A catalyst is a substance which is used in chemical reactions to accelerate the rate of said reaction. The catalyst accomplishes this by changing the Activation Energy (EA) of the reaction. Contrary to popular belief, though, the catalyst does not do so without reacting itself. If you think about it logically, how could a substance which is supposedly completely inert and unreactive possibly affect a reaction at all? I said substance, so let us disregard volume, pressure, and temperature. That being said, logic dictates that only a reactive substance (or reactant) could affect a reaction. Since a catalyst affects the reaction, it is, in essence, a reactant. The catalyst does not change the EA of a reaction, it in fact changes one reaction into several reactions (by reacting itself with the original reactants), each of which has a lower EA than the original reaction. The largest of the EAs of the lower reactions is taken to represent the EA of the overall reaction. In the intermediate reactions, the catalyst substance is reproduced completely.

Take for example the following reaction:

I- + OCl- --> IO- + Cl-

Left to its own devices, this reaction will take an exceedingly long time to occur due to its great EA. When the catalyst of water (H2O) is added, the reaction proceeds as follows:

1. OCl- + H2O --> ClOH + OH-
2. I- + ClOH --> IOH + Cl-
3. IOH + OH- --> IO- + H2O

Now cross out all the intermediate substances (being those substances which are produced in one step and consumed in one of the succeeding steps) and you're left with the overall reaction:

I- + OCl- + H2O --> IO- + Cl- + H2O

The catalyst is unchanged, and the overall reaction is the same as that of the original, but with a lower EA due to the less energy demanding intermediate reactions.

Since the catalyst is, in fact, consumed and regenerated fully (or nearly enough) during the course of the reaction, it is plain to see why the common misconception of catalysts is that they remain unreacted and unconsumed, but this simply isn't so.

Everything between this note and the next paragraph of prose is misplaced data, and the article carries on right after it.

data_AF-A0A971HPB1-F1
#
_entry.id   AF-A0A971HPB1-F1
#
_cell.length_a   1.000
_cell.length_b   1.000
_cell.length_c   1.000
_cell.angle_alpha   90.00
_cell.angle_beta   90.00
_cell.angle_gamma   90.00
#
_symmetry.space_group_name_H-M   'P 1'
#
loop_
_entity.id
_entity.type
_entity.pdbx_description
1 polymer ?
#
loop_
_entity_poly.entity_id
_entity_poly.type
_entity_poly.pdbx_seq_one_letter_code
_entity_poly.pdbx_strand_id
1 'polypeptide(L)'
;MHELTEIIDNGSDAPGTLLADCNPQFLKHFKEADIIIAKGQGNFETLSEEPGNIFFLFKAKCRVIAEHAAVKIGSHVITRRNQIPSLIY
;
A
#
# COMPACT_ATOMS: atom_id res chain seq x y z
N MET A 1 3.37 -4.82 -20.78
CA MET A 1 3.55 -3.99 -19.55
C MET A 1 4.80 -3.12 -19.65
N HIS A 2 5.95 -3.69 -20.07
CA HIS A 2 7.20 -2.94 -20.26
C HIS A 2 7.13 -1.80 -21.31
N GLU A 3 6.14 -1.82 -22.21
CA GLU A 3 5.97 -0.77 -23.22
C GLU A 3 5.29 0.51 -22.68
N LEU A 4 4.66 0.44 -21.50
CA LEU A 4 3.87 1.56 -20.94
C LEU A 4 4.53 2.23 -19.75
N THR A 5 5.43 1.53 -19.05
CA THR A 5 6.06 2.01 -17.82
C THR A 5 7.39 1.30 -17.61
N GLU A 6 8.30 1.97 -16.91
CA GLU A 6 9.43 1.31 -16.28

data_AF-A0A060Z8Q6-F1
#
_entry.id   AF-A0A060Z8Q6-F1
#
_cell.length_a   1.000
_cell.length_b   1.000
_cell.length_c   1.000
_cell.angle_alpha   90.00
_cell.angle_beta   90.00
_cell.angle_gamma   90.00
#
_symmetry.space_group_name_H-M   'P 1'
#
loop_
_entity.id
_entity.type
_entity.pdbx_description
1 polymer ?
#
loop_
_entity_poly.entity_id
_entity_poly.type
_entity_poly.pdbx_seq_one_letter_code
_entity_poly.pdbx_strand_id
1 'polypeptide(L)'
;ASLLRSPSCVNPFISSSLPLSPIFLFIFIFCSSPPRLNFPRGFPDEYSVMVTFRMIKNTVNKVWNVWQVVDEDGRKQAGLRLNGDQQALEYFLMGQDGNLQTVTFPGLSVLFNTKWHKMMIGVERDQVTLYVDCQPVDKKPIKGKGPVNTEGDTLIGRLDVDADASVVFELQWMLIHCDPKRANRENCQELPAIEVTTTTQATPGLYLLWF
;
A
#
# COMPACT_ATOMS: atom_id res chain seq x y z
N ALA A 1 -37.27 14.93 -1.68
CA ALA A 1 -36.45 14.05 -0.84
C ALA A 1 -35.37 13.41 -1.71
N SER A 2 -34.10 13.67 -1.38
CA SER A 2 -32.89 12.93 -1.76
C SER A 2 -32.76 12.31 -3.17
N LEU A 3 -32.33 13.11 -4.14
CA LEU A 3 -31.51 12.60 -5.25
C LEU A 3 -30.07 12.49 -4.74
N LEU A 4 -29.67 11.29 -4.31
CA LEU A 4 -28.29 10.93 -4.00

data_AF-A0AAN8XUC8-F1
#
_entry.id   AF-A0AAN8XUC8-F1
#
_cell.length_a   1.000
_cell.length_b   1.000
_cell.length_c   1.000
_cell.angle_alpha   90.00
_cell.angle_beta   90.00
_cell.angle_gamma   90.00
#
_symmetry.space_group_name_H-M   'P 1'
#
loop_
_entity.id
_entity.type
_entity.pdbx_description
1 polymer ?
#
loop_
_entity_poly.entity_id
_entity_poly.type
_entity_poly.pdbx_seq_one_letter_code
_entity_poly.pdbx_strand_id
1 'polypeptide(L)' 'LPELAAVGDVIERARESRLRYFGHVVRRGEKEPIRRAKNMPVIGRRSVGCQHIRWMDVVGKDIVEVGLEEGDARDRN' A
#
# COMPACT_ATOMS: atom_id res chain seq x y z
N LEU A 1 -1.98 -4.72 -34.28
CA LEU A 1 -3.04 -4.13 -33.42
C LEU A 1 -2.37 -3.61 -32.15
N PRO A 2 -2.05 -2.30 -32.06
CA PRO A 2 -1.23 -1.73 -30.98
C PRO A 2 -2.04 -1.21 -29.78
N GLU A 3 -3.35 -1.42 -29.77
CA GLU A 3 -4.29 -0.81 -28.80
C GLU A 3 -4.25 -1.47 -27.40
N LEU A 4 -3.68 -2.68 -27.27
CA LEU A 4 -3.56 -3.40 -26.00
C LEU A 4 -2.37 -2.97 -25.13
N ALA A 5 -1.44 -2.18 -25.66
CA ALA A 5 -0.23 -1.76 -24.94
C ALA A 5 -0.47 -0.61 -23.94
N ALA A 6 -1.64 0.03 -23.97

"A catalyst is not a substance which 'takes no part in a reaction' (as you may have heard previously); rather, the catalyst is an active participant which is regenerated in a later step of the reaction mechanism."
-- James A. Hebden, Ph. D.


Catalyst is an MVC web framework for Perl. (In layman's terms this means "ITS FOR MAKING THE INTERNET.") It was based on the Maypole framework and can be deployed using FastCGI under several web servers or mod_perl under Apache.

Catalyst is mostly about using existing Perl tools in a manner organized by the Catalyst dispatcher. Catalyst itself consists of

  • A dispatcher that translates URLs into calls to methods on your controller classes
  • An architecture for components, including models and views
  • Bazillions of components that help you use existing Perl tools

This means that unlike Ruby On Rails, there isn't one intrinsic model tool (ActiveRecord) or one intrinsic view tool (erb). Instead, you have your choice of all of the popular tools for those purposes. The tutorial in CPAN gives an example using TT (Template Toolkit) for HTML templates, and DBIx (DBI::Class) for data access. You can use as many or as few as you like, so long as there is a Catalyst plugin that incorporates them.

Catalyst is of interest to Perl nuts because it uses the Object Oriented and metaprogramming features of Perl quite heavily, both internally and externally.

Handy URLs:

  • http://www.catalystframework.org/ - Public web site
  • http://search.cpan.org/dist/Catalyst-Manual/ - Manual on CPAN
  • http://search.cpan.org/dist/Catalyst-Manual/lib/Catalyst/Manual/Plugins.pod - List of components

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